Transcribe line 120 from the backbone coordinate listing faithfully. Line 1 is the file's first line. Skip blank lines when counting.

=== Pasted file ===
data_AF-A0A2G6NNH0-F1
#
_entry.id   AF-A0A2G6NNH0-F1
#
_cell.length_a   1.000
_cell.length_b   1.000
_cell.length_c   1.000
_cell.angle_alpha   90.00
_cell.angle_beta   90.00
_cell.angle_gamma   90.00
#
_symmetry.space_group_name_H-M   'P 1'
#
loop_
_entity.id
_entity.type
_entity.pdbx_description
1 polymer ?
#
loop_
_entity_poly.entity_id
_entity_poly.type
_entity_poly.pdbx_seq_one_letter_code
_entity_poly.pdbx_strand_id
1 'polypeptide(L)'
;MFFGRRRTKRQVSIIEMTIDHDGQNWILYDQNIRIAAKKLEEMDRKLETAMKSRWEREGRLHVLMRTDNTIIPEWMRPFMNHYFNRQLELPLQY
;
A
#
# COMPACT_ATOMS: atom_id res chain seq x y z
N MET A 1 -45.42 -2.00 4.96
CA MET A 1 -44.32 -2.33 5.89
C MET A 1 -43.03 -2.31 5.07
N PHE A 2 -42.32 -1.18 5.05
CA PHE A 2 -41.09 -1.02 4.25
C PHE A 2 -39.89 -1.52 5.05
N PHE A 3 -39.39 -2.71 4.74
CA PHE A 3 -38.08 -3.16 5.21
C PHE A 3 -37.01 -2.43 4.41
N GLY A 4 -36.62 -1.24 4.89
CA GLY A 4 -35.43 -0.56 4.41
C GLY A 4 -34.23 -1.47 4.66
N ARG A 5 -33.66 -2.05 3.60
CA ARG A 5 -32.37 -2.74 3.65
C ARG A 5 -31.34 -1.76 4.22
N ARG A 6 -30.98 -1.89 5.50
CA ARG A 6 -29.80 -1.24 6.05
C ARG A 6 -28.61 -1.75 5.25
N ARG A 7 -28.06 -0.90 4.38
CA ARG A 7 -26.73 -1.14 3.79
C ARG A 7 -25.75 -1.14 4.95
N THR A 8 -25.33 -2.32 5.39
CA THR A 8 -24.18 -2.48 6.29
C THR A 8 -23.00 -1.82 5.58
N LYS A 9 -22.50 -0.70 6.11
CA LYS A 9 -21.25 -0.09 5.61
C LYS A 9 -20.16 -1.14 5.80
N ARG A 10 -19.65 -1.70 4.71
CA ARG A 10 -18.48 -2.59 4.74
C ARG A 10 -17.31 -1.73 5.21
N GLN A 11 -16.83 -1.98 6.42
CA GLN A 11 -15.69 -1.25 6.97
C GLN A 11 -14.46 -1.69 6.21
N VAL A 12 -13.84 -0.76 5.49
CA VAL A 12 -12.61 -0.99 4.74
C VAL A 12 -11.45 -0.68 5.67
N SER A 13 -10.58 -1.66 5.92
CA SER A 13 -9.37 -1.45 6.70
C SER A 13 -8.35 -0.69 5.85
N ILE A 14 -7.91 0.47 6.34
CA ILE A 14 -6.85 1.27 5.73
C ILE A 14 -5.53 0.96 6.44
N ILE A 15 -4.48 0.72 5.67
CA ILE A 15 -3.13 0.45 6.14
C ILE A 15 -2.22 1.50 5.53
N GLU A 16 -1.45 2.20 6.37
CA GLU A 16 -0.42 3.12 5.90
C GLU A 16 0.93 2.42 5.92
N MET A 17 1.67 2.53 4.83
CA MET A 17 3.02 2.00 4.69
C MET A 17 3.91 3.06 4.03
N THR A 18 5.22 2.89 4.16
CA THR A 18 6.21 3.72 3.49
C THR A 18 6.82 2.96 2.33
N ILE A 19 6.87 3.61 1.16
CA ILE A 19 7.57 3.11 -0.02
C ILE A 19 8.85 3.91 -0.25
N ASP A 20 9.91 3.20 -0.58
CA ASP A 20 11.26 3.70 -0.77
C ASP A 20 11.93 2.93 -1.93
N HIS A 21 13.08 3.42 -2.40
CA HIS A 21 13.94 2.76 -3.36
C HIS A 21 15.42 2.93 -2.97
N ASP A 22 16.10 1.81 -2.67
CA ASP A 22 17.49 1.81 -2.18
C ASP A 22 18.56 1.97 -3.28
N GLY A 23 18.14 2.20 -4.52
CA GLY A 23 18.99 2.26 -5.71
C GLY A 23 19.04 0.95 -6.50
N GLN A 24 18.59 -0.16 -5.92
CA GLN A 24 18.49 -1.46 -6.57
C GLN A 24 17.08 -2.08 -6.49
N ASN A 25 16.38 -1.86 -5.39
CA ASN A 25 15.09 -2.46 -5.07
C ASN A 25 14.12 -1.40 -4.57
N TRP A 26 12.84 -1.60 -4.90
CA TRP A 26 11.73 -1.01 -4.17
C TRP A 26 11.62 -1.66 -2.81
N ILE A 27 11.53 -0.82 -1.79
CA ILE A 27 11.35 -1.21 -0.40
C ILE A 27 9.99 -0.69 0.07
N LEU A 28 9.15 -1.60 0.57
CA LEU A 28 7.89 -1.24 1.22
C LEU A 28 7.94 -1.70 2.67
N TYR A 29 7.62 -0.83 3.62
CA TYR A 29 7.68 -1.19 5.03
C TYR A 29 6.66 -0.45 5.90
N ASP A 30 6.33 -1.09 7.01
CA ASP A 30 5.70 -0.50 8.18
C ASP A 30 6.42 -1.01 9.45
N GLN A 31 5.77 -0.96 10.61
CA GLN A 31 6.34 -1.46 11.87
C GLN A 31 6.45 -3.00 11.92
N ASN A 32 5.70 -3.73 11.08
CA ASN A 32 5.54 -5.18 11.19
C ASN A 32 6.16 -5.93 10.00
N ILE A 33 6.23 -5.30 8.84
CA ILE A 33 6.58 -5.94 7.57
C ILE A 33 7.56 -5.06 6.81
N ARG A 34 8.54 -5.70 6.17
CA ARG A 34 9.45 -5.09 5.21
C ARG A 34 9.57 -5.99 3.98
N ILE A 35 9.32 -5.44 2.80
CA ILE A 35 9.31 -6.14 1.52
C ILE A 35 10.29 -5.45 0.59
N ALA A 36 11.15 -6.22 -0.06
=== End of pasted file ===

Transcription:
C ASP A 30 6.42 -1.01 9.45